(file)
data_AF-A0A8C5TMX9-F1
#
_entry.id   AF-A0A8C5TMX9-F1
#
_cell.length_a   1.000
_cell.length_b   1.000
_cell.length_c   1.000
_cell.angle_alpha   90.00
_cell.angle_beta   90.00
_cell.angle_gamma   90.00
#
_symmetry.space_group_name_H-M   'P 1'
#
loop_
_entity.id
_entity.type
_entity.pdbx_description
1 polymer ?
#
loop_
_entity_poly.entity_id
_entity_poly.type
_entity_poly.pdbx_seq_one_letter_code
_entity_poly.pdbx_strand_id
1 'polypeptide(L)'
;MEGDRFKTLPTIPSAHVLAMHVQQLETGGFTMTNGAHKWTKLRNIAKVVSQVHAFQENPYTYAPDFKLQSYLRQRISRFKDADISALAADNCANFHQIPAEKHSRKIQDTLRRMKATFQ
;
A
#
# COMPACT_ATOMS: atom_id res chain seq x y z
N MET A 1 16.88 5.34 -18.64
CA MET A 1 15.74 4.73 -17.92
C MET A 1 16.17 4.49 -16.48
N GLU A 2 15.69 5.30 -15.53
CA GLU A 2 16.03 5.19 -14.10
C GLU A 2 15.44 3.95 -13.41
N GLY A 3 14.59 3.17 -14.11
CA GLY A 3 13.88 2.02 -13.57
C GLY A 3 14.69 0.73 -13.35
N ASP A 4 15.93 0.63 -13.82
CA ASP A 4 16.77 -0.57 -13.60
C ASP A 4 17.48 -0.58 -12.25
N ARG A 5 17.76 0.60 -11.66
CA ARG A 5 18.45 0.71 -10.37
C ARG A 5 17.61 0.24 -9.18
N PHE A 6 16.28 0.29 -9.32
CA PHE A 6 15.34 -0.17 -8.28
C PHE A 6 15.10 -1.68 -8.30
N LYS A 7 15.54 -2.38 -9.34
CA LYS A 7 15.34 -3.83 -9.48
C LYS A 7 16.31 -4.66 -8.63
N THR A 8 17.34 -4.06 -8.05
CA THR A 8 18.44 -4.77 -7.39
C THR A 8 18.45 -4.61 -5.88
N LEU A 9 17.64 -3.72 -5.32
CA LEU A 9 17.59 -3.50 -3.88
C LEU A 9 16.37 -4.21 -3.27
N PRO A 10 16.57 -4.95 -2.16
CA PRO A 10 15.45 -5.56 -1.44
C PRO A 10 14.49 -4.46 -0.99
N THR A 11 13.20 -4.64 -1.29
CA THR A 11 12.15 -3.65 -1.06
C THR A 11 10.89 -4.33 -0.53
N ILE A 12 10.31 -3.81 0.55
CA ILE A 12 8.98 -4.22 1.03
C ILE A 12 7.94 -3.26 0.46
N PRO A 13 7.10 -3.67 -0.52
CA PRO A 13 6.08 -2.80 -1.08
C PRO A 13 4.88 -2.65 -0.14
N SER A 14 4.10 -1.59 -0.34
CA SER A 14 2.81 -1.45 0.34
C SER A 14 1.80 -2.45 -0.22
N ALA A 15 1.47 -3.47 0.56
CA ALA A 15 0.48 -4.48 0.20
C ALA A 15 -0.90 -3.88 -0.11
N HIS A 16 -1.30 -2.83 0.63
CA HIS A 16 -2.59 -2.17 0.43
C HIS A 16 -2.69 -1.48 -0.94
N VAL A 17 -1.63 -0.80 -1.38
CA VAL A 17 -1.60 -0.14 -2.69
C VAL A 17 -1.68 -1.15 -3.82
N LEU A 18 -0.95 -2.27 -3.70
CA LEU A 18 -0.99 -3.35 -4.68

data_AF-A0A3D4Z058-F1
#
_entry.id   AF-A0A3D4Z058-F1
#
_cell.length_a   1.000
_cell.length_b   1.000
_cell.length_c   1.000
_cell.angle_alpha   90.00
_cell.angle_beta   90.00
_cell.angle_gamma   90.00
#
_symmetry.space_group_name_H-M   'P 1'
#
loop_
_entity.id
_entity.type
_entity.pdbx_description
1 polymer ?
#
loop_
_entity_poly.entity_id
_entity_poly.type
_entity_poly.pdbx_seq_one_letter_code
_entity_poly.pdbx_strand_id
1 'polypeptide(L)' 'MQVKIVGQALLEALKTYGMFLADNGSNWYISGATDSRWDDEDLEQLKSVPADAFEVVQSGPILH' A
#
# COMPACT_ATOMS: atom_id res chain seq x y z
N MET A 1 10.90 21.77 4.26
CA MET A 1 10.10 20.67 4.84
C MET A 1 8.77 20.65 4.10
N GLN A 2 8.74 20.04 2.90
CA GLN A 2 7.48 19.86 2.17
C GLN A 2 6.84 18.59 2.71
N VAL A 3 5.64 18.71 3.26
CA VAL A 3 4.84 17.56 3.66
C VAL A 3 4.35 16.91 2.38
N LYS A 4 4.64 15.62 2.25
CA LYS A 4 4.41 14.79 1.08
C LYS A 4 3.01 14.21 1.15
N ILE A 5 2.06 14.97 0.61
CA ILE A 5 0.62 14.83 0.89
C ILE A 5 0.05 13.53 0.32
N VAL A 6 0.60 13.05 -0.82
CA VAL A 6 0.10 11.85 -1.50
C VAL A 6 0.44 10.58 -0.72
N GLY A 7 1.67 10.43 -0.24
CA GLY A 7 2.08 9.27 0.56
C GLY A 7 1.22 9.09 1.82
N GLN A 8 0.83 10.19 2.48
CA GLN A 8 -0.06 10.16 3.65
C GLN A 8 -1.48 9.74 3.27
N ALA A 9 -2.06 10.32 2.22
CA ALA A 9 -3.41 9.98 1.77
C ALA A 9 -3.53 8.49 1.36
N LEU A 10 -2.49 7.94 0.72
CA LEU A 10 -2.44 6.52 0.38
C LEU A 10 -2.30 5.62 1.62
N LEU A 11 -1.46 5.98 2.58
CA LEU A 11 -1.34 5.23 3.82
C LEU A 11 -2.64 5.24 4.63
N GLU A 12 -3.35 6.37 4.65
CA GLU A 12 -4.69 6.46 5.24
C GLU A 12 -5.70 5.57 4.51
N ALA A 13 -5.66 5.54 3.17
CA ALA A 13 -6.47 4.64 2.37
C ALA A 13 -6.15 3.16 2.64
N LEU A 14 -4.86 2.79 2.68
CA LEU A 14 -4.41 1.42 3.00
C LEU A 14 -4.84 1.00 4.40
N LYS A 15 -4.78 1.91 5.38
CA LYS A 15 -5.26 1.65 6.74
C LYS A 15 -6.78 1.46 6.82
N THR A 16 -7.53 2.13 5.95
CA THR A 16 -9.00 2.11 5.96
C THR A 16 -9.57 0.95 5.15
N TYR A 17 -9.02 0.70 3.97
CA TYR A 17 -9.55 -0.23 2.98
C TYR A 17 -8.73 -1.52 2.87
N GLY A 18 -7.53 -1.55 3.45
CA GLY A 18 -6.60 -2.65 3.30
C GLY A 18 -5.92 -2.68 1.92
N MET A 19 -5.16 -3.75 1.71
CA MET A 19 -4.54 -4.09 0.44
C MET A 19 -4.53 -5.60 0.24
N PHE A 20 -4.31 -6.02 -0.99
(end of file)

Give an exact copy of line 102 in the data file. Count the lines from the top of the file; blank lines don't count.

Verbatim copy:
#